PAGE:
Typical Development

Mummy-hood and Speech and Language Therapy

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By Hannah Heslam - Speech and Language Therapist

As a speech and language therapist and a Mum it can be handy to have all this knowledge about speech and language development. It’s been useful to be able to see where my children are in relation to the developmental milestones I have used so much in my role as a therapist. I felt absolute fascination when each of my little ones finally started talking which was a delight and a worry, as for any Mum. 

When I was 32 weeks pregnant with my second child I became concerned that my baby was not moving. I was encouraged by my other Mummy friends to seek advice, and by the evening I was in the hospital having an emergency C-section.  It was a scary time and I was presented with some challenging prospects for my baby, a beautiful boy.

My Journey

Having had a relatively easy pregnancy with my first little boy I wasn't prepared for or expecting to have my second child born early. It was a difficult time being swept into the delivery room and told by doctors it was going to be a hard journey ahead. He was born weighing 3lbs 4oz and spent just under 4 weeks in intensive and special care.  However, he has just turned 5 years old and is surprising us all the time with how well he is doing, achieving in line with or above expected levels at school and with his happy, cheeky personality. I’m sure he couldn’t have done so well without all the support of our family and friends.

At around 2 ½ years old, despite being able to put words together, his speech was at times difficult to understand. Wanting the best for my son and for him to be able to communicate as effectively as possible with other children, I started to carry out some speech activities through play. This really improved his intelligibility.  At about 3 ½ years old he did still make some sounds by releasing air through his nose instead of his mouth and he received some excellent therapy from a specialist speech and language therapist which resolved this issue.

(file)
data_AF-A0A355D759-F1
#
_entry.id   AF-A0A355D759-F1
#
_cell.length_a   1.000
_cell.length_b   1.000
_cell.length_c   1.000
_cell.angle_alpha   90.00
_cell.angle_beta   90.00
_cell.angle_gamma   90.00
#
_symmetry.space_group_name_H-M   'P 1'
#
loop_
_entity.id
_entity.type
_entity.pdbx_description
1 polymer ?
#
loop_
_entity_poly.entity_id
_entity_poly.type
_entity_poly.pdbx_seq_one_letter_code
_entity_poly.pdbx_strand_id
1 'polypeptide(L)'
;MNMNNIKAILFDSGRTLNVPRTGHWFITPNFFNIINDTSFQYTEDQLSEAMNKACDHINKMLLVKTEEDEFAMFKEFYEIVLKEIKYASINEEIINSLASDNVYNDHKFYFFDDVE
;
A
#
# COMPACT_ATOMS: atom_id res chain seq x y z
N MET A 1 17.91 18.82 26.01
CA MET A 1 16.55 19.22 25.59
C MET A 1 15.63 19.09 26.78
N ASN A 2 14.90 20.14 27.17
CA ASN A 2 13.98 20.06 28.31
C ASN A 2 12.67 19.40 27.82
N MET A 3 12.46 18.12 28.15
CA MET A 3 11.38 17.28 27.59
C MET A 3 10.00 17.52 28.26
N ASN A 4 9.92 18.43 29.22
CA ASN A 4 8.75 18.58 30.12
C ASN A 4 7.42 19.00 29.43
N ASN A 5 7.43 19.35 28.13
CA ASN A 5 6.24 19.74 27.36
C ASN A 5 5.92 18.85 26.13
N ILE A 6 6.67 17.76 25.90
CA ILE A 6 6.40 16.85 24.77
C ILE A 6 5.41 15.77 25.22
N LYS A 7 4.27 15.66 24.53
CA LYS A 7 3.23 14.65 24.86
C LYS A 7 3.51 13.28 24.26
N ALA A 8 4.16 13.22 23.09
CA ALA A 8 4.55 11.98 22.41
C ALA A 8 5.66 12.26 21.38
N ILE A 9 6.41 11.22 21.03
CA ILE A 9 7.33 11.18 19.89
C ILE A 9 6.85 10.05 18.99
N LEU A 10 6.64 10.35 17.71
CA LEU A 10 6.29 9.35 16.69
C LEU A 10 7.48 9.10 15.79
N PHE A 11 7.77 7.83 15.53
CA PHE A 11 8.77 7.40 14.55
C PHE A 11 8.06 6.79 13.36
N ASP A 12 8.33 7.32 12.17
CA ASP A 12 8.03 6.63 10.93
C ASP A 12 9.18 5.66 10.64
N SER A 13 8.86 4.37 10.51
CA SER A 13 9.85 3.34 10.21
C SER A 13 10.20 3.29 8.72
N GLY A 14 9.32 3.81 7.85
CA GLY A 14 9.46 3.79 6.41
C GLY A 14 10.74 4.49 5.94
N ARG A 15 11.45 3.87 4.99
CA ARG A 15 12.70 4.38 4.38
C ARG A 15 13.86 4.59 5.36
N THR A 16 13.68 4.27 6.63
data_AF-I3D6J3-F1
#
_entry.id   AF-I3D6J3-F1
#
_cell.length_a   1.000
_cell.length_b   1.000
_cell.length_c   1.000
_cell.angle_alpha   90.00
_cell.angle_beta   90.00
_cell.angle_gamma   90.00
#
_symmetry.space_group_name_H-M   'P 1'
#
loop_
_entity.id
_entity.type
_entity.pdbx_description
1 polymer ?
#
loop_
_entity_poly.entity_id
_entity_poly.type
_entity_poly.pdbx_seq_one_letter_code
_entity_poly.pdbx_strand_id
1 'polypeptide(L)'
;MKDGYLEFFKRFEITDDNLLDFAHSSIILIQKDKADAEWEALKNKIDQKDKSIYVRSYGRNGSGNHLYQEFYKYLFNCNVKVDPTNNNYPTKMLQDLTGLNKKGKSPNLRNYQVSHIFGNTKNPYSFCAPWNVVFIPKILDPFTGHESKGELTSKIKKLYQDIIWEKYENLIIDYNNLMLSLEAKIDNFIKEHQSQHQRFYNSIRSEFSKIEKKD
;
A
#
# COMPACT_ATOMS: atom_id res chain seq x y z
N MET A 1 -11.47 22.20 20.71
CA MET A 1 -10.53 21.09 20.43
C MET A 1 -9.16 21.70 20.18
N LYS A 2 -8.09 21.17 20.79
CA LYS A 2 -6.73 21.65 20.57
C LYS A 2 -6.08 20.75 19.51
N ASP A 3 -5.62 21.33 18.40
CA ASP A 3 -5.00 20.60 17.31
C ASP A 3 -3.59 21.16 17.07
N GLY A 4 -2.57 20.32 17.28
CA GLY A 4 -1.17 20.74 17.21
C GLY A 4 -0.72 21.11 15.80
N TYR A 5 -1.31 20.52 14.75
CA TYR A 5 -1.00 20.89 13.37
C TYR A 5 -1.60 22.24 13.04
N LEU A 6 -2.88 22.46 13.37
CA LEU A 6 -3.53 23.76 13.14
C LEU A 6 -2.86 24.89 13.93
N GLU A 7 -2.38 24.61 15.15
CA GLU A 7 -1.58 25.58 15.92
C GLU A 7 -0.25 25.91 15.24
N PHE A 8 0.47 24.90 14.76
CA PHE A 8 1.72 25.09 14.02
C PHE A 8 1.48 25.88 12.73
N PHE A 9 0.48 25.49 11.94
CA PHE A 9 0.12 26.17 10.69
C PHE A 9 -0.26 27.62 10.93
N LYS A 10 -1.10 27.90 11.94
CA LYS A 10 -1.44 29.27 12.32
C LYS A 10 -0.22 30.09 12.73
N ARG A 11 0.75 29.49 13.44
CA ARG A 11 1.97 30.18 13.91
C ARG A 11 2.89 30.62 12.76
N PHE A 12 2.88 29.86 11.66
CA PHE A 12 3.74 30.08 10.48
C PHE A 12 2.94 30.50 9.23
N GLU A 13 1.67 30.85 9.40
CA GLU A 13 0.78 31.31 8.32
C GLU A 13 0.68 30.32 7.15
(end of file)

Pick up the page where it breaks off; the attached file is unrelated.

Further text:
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"Being a speech and language therapist and a mum, I'm extremely passionate about how early intervention really does work. I've seen the results in children I work with and in my own little one of course"

Some words of advice about speech and language

I feel that my speech and language knowledge has supported me with my own children and I know that not everyone will have this wealth of knowledge.  With Magic Words our goal is to support children with speech, language and communication needs. Below are a few key pieces of advice for you:

Repeat and Expand:

To help with your little one's language development, repeat and expand what they say. This helps to show them how they can build their sentences and to value what they are interested in communicating about e.g. Child: ‘I have car’. Parent: ‘Yes, you have a blue car’

Commenting is great:

As parents we naturally want to ask our child lots of questions to check how they are getting on. A great way to develop language is to reduce the pressure of questions and to model language to our children by asking 1 question to 4 comments. Think of a hand, 1 question (your thumb) to every 4 comments (your fingers). 

Use modelling:

If your child has unclear speech, when they say a word that isn't clear, instead of correcting them, model it back to them so that they can hear a good model of how it should be said. For example, Child: ‘I have a dat’. Parent: ‘Yes, you do have a cat’.  This allows your little one to hear how to say the tricky word but takes away the pressure of having to say it themselves.

If you would like to get in touch for any support with your child’s speech, language & communication development then please contact us.

Have we forgotten how to play?

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By Sunita Shah - Service Lead for North West London and Specialist Speech and Language Therapist in Bilingualism